KENNEDY SPACE CENTER, Fla. — After standing down on Saturday’s Artemis I launch attempt when engineers could not overcome a hydrogen leak in a quick disconnect, mission managers decided they will forego additional launch attempts in early September.
Teams will decide this week on whether to perform work to replace a seal either at the pad, where it can be tested under cryogenic conditions, or inside the Vehicle Assembly Building.
In the the latter decision, NASA will need to roll the rocket and spacecraft back to the VAB to reset the flight termination system’s batteries. The flight termination system is required on all rockets to protect public safety.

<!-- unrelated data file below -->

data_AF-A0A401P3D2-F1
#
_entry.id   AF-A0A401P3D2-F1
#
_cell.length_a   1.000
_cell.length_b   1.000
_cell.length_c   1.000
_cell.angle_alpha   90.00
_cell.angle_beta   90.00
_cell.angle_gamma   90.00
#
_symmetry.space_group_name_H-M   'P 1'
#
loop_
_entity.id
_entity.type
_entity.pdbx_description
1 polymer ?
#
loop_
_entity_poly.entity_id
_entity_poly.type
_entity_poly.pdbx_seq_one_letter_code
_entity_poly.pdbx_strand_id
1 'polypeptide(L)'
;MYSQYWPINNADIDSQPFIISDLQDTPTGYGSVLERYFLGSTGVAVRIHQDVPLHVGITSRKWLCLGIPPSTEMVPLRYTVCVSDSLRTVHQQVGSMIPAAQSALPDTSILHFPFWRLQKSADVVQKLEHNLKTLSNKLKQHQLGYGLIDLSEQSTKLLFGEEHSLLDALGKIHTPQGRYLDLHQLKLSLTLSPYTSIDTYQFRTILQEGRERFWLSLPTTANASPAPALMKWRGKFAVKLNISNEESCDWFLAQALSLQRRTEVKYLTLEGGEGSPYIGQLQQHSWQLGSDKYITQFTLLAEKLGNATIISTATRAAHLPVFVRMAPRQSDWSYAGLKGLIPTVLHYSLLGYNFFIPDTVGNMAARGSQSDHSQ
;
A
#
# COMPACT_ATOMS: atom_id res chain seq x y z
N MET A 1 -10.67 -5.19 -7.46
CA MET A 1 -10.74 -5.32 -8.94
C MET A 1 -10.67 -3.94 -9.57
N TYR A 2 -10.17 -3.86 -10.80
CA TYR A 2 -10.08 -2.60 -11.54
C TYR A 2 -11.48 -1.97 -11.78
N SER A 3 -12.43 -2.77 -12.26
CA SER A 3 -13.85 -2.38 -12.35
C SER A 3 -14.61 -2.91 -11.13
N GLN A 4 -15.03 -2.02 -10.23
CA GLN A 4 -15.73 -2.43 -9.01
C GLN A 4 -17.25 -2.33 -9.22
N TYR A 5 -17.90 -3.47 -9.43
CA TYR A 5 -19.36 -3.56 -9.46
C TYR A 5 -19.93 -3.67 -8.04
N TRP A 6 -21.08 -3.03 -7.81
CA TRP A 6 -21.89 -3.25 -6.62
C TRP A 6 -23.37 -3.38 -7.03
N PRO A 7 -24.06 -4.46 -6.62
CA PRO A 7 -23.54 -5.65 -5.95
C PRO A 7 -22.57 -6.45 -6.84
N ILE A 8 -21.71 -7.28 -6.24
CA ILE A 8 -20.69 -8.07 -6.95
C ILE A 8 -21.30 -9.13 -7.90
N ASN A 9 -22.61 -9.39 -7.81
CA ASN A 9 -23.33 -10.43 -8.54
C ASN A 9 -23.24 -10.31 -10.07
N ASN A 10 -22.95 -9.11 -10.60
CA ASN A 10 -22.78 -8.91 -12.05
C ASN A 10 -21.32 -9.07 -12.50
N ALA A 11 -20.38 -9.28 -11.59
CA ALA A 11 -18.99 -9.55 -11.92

During Saturday’s launch attempt, engineers saw a leak in a cavity between the ground side and rocket side plates surrounding an 8-inch line used to fill and drain liquid hydrogen from the SLS rocket. Three attempts at reseating the seal were unsuccessful.
While in an early phase of hydrogen loading operations called chilldown, an inadvertent command was sent that temporarily raised the pressure in the system. While the rocket remained safe and it is too early to tell whether the bump in pressurization contributed to the cause of the leaky seal, engineers are examining the issue.